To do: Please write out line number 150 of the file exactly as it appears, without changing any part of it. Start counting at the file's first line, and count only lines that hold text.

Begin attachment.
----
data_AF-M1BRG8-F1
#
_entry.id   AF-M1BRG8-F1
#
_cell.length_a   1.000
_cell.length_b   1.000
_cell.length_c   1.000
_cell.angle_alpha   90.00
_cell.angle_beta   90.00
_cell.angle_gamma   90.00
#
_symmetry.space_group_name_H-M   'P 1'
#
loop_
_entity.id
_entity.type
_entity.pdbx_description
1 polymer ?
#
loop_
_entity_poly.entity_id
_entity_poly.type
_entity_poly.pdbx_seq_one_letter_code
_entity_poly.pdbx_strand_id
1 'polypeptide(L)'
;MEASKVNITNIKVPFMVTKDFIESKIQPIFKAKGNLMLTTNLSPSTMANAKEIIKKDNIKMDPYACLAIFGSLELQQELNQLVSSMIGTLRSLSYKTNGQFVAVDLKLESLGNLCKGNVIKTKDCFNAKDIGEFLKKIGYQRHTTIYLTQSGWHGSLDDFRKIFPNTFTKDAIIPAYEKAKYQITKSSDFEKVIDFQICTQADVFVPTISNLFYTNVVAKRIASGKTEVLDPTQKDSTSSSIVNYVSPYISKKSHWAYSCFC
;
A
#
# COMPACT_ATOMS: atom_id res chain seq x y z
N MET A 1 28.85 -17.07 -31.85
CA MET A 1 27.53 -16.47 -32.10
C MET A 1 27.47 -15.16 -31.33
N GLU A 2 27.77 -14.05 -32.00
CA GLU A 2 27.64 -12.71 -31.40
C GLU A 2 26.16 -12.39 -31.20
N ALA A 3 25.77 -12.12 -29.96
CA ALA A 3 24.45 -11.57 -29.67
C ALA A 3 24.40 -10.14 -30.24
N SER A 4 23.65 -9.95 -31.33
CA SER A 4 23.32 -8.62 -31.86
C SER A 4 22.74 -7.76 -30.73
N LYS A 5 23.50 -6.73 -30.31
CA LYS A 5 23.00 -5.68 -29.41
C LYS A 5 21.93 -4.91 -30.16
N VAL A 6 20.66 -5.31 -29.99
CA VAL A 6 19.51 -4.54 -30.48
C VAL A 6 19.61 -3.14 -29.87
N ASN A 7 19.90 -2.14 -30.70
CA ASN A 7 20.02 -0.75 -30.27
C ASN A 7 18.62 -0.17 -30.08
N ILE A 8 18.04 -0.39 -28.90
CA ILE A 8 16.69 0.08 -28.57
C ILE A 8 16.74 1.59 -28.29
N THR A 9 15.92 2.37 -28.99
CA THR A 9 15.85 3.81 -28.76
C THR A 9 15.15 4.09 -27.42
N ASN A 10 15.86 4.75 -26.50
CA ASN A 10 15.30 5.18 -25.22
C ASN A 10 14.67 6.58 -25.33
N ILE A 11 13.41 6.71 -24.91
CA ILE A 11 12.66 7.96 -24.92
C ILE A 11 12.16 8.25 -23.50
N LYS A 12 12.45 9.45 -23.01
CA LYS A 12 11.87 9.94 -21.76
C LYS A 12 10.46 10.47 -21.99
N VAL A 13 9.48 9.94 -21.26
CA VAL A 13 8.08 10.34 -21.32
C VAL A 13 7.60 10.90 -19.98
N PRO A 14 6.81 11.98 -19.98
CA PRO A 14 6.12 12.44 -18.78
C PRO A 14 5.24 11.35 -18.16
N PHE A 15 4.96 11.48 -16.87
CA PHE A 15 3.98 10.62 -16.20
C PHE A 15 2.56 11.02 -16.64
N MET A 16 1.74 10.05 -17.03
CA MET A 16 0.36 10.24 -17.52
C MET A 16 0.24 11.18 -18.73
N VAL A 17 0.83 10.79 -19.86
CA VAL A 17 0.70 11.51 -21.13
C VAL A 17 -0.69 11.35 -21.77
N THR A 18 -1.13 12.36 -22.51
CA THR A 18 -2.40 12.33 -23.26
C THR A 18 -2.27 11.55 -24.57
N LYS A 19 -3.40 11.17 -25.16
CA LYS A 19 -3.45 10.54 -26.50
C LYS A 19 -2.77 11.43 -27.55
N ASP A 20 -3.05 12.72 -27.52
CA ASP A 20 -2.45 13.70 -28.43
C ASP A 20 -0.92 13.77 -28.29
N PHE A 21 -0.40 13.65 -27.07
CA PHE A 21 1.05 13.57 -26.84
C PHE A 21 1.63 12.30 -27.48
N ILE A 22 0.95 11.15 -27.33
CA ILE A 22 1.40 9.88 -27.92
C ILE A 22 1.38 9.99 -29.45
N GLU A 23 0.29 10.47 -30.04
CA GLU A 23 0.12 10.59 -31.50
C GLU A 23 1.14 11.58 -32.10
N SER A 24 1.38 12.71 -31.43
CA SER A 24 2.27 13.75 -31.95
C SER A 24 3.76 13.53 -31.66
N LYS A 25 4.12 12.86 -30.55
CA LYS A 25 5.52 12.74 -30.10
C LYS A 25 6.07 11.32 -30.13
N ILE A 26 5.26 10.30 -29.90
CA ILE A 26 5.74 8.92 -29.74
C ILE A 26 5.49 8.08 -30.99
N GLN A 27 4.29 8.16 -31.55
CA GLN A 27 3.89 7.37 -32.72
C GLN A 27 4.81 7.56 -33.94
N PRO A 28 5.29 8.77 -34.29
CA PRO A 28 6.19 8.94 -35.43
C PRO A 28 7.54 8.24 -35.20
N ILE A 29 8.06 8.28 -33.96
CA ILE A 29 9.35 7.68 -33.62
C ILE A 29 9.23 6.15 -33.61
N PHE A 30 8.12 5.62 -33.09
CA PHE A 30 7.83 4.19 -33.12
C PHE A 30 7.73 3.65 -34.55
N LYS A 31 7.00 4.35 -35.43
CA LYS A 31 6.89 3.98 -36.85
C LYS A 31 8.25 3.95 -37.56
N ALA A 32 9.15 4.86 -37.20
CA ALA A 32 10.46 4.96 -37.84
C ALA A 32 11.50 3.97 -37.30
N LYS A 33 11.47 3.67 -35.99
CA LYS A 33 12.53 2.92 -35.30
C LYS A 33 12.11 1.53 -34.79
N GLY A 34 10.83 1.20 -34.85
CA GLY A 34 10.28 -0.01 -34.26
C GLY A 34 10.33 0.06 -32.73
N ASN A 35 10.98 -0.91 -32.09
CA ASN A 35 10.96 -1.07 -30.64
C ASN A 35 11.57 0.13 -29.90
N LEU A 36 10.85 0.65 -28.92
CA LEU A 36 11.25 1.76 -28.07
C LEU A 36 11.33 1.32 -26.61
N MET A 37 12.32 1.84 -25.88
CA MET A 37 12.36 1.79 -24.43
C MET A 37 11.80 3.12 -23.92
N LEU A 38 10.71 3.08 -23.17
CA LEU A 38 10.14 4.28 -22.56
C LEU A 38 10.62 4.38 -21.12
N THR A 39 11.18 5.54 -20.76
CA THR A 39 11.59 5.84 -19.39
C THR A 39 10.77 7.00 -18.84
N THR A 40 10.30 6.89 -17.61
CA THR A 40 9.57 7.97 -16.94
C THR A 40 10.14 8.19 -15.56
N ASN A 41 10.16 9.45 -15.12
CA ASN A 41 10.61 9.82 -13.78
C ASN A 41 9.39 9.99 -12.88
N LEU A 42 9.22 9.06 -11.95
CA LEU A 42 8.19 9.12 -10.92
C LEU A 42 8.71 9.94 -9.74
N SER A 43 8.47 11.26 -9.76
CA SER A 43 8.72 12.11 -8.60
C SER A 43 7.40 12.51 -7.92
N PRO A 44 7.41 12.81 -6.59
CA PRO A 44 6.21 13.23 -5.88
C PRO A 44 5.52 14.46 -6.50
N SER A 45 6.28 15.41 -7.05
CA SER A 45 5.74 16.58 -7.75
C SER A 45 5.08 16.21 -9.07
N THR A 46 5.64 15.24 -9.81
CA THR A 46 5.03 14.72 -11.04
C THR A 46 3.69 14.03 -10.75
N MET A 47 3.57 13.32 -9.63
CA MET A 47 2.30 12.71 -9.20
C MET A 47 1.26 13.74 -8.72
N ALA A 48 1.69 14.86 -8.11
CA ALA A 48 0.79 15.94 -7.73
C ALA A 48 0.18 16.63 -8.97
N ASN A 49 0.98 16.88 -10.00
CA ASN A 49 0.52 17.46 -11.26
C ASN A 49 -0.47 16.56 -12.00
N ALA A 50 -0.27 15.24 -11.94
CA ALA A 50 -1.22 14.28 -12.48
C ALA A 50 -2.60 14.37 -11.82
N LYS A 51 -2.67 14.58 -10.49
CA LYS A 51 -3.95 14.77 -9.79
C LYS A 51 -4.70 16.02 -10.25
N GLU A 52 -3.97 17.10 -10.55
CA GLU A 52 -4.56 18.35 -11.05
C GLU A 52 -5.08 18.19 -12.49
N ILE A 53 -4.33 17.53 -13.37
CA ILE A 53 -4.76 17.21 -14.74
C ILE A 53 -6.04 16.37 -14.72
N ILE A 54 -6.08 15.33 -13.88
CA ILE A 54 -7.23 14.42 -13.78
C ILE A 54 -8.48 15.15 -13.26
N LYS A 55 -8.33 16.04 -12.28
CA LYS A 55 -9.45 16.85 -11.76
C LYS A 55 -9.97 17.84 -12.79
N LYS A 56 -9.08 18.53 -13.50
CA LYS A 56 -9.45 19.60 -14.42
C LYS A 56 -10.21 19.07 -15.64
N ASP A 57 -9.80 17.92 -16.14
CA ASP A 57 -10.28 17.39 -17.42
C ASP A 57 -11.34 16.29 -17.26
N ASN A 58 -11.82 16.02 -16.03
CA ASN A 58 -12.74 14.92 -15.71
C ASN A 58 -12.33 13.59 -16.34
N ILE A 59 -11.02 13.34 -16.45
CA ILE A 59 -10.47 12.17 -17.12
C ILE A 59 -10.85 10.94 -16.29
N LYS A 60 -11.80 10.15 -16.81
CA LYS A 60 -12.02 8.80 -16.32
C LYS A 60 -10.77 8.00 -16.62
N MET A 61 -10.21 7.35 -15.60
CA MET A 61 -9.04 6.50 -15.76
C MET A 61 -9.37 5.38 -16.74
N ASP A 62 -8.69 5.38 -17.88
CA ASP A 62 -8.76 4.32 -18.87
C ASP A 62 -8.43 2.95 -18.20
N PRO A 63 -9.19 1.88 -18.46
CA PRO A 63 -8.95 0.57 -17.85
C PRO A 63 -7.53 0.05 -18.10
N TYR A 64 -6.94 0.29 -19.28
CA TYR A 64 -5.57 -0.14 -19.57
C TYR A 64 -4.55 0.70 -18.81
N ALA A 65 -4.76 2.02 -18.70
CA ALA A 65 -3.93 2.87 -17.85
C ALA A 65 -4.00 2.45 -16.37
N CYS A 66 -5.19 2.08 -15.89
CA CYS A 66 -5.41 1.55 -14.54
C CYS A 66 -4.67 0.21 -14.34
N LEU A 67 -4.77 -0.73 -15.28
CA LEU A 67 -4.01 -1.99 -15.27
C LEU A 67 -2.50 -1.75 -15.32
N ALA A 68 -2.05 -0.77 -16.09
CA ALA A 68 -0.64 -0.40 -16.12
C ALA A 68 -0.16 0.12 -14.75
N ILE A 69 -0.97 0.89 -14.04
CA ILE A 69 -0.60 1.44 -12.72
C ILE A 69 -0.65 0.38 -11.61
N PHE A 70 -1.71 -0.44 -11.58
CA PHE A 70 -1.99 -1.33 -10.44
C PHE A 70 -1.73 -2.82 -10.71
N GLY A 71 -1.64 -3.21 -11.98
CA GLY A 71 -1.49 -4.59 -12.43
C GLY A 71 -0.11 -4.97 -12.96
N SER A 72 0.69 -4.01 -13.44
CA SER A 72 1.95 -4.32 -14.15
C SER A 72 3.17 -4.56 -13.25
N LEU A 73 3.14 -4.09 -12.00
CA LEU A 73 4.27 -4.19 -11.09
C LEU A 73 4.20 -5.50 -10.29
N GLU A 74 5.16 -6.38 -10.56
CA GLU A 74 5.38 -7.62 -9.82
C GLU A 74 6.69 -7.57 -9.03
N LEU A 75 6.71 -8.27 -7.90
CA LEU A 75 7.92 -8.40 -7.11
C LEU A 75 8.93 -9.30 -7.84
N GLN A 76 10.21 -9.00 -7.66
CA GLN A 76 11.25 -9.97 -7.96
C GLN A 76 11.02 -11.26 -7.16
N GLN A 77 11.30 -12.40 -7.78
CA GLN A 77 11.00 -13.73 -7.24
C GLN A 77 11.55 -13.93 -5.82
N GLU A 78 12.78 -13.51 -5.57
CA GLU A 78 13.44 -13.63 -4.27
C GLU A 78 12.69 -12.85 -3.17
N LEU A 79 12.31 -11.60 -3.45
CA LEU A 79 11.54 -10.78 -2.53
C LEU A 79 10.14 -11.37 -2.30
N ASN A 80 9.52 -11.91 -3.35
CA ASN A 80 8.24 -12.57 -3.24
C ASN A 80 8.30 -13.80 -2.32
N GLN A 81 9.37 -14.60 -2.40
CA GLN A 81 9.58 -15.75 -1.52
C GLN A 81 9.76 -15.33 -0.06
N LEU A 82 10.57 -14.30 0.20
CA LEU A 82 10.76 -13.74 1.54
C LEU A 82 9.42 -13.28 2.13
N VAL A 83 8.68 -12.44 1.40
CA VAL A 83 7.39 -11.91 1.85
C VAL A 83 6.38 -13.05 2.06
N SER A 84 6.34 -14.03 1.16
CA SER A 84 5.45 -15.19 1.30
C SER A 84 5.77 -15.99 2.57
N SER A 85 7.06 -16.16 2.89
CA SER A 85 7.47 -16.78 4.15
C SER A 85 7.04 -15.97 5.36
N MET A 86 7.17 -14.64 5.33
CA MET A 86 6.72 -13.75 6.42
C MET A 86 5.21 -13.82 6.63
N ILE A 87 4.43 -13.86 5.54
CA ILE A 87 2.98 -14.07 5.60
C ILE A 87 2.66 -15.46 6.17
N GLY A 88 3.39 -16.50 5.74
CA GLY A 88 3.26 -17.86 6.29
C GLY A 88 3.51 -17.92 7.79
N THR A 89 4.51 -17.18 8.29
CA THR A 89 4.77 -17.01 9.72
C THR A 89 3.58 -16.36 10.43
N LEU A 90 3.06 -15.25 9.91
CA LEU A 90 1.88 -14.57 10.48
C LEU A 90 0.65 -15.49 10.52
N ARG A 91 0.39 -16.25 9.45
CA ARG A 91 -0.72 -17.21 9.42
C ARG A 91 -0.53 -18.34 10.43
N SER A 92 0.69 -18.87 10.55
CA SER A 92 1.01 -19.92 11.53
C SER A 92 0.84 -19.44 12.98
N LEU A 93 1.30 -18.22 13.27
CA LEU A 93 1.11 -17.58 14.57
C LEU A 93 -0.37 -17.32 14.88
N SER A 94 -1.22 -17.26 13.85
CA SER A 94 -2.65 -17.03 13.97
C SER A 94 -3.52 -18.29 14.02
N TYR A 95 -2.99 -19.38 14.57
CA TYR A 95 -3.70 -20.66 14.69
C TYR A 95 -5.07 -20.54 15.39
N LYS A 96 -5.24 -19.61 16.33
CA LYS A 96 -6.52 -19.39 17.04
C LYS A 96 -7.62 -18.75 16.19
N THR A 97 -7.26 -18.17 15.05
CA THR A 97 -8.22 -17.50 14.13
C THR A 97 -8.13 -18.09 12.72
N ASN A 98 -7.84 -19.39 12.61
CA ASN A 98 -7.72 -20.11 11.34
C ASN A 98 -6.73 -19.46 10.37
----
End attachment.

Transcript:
C THR A 40 10.14 8.19 -15.56